Inside, materials (at least in the premium trims) get plusher in most of the right places. For example, the door rollover (where you'd rest your arm on the sill, if it wasn't so high) gets some soft padding, as does the center console and the new knee bolsters on the side of said console. The engine start button is now spun aluminum, and it feels nice. The premium-trim seats get some blue or red accent trimming. It classes up the joint.
The real party trick inside is the optional 12-inch fully digital gauge cluster and its various display modes. A brief video presentation showed all the major display modes, which drastically change the position of the various instruments and secondary information. There is a traditional view, with two round gauges, and there are other display types that a utilize bar-style tachometer and numerical speedo readout. While the various gauge display modes are keyed to the basic drive modes (Normal, Sport, and Track), the driver will also be able to override and select whichever one they like. Track apps will also have more real estate on the display to take over. We don't have images and descriptions of all the functions and display times at this time, but surely there will be a detailed video closer to roll-out.
Ford's also using this occasion to introduce what it calls MyMode, which is a little like the "Individual" drive mode setting on a Mercedes-Benz. Basically, it stores your selections for drive mode, the suspension setting, steering preferences, the active exhaust valve behavior, and other preferences so you don't have to reselect them every time. It's selected with the steering wheel controls and the main gauge display.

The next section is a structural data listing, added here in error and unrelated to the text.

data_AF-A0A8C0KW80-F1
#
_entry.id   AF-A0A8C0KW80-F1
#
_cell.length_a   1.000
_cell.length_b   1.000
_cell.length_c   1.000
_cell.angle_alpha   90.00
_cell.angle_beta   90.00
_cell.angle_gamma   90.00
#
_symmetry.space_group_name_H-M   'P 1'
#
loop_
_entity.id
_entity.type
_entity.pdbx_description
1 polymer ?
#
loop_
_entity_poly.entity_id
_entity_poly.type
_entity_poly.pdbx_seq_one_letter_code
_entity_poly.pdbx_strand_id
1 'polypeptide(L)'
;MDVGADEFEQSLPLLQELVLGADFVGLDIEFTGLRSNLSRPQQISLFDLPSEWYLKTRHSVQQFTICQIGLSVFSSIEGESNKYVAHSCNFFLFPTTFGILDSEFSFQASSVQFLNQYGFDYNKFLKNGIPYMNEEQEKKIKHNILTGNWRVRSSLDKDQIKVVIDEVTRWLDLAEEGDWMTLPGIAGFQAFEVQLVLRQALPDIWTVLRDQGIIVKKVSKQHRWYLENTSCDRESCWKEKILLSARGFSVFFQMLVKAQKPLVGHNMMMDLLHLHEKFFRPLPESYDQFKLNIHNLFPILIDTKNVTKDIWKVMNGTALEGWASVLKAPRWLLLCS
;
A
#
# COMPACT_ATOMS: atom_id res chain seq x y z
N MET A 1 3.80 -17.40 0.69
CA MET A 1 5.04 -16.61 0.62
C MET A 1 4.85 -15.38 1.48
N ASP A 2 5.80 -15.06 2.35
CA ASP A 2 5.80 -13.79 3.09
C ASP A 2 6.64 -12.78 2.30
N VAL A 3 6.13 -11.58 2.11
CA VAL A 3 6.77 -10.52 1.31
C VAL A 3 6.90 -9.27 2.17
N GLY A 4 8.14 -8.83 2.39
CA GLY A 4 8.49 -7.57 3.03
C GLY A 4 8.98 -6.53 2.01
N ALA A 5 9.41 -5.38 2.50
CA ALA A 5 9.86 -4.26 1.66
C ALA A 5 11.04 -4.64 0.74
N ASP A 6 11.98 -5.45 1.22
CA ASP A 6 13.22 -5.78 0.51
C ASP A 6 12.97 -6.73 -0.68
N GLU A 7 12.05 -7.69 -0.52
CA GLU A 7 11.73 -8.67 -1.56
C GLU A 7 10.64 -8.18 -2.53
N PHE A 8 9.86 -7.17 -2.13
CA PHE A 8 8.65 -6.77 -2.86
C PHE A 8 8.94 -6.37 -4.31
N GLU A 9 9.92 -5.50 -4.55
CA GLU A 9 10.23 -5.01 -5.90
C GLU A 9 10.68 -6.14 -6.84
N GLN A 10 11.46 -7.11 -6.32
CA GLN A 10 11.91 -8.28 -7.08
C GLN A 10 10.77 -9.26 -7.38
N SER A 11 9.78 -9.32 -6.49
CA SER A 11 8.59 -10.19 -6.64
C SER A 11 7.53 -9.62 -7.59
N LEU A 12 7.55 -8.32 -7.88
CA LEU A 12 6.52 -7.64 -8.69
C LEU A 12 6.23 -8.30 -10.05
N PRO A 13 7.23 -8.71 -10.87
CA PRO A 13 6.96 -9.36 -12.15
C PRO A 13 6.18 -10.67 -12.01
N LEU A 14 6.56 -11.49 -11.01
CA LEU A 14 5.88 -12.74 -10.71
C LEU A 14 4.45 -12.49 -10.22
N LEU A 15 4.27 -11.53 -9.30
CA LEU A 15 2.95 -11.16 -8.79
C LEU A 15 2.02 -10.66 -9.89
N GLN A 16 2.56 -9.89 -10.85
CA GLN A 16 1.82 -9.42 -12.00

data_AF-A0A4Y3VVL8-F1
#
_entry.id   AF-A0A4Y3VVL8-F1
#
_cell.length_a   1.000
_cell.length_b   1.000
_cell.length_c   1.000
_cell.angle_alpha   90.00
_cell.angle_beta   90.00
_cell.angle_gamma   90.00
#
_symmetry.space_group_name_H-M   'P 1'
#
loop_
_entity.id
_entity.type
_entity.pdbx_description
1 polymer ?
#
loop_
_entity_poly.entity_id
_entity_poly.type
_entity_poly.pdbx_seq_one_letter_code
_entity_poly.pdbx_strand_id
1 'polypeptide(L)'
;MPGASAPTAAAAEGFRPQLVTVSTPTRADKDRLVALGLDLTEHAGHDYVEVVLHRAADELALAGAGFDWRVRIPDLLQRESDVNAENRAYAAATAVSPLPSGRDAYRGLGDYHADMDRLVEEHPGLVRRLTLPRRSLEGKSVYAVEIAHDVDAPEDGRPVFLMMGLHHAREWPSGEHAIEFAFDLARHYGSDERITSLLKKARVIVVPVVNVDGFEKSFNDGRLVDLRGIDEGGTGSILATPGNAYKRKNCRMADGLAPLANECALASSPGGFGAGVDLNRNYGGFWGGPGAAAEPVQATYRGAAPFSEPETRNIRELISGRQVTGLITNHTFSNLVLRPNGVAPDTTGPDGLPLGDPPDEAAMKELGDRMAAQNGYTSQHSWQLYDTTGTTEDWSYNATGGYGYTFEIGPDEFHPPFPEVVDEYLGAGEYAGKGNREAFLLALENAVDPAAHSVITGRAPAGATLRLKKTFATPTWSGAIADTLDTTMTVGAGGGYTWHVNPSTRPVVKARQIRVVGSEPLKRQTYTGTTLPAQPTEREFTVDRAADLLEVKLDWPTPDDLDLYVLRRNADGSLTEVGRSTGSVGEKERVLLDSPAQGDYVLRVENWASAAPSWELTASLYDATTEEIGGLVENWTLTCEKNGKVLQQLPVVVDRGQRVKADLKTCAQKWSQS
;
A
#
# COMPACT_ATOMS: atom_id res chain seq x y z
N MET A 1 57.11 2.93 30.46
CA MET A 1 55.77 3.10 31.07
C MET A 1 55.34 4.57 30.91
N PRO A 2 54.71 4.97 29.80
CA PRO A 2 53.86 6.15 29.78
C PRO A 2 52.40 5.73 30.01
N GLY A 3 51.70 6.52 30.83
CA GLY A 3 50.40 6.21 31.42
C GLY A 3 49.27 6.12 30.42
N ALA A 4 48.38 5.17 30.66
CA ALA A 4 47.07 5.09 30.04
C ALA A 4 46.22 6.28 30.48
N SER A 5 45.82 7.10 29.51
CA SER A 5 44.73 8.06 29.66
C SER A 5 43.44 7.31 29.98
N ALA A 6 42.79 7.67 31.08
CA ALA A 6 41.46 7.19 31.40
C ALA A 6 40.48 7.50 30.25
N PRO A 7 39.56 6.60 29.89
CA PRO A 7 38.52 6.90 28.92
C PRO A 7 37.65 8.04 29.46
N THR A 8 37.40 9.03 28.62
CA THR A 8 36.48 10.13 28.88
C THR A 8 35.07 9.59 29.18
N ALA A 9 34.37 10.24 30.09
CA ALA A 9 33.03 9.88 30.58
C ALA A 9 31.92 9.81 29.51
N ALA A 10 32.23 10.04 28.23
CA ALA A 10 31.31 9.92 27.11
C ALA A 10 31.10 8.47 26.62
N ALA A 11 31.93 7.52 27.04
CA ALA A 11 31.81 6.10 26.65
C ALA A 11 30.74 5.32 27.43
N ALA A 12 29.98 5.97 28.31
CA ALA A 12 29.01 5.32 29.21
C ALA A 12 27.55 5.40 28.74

The engine changes are minimal, other than the loss of the V6 that has finally been retired after the indignity of serving mainly the rental car fleets in bare bones trim for the last few years. It didn't have to be like this; At one point, the old V6s with the Track Pack (later called, for whatever reason, Mayhem Mustangs) had decent power and great suspensions. With the ascendancy of the EcoBoost, the V6 has been taken behind the barn and unceremoniously shot. Well, no one will miss it in its most recent incarnation, so that's that.
About that EcoBoost 2.3-liter I4, it's getting a torque bump significant enough to merit transmission revisions to handle it. Ford says the extra torque comes from its limited-duration overboost function, so it's something only appreciable a few seconds at a time, but it's there. The V8, on the other hand, gets more significant changes: increased compression and a dual injector (port- and direct-injection) setup – a technique Ford also uses on its 3.5-liter V6s, for a variety of reasons such as preventing carbon buildup on the valves. The V8, Ford promises, will rev higher and quicker than before. For both engines, Ford wouldn't discuss numbers (sense a theme here?) and didn't necessarily state that either engine would produce more horsepower. Again, stay tuned.